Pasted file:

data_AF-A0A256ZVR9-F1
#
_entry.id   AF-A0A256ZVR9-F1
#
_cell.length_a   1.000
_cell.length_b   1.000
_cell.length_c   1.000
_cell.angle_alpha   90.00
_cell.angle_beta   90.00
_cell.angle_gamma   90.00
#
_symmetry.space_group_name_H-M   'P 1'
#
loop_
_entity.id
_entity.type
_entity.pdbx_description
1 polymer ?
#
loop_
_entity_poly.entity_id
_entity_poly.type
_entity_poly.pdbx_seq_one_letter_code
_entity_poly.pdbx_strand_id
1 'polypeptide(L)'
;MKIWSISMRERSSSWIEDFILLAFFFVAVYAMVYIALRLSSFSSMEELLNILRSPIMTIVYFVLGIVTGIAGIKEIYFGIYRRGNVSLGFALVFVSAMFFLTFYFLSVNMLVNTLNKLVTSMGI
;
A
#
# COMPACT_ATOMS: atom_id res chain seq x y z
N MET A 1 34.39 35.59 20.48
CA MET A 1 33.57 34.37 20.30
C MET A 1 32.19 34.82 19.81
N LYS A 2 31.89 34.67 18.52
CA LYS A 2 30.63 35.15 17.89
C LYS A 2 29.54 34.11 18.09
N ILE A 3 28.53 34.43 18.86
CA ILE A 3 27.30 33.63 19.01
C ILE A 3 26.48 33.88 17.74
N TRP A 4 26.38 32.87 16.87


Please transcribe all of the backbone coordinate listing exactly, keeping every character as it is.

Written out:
data_AF-A0A256ZVR9-F1
#
_entry.id   AF-A0A256ZVR9-F1
#
_cell.length_a   1.000
_cell.length_b   1.000
_cell.length_c   1.000
_cell.angle_alpha   90.00
_cell.angle_beta   90.00
_cell.angle_gamma   90.00
#
_symmetry.space_group_name_H-M   'P 1'
#
loop_
_entity.id
_entity.type
_entity.pdbx_description
1 polymer ?
#
loop_
_entity_poly.entity_id
_entity_poly.type
_entity_poly.pdbx_seq_one_letter_code
_entity_poly.pdbx_strand_id
1 'polypeptide(L)'
;MKIWSISMRERSSSWIEDFILLAFFFVAVYAMVYIALRLSSFSSMEELLNILRSPIMTIVYFVLGIVTGIAGIKEIYFGIYRRGNVSLGFALVFVSAMFFLTFYFLSVNMLVNTLNKLVTSMGI
;
A
#
# COMPACT_ATOMS: atom_id res chain seq x y z
N MET A 1 34.39 35.59 20.48
CA MET A 1 33.57 34.37 20.30
C MET A 1 32.19 34.82 19.81
N LYS A 2 31.89 34.67 18.52
CA LYS A 2 30.63 35.15 17.89
C LYS A 2 29.54 34.11 18.09
N ILE A 3 28.53 34.43 18.86
CA ILE A 3 27.30 33.63 19.01
C ILE A 3 26.48 33.88 17.74
N TRP A 4 26.38 32.87 16.87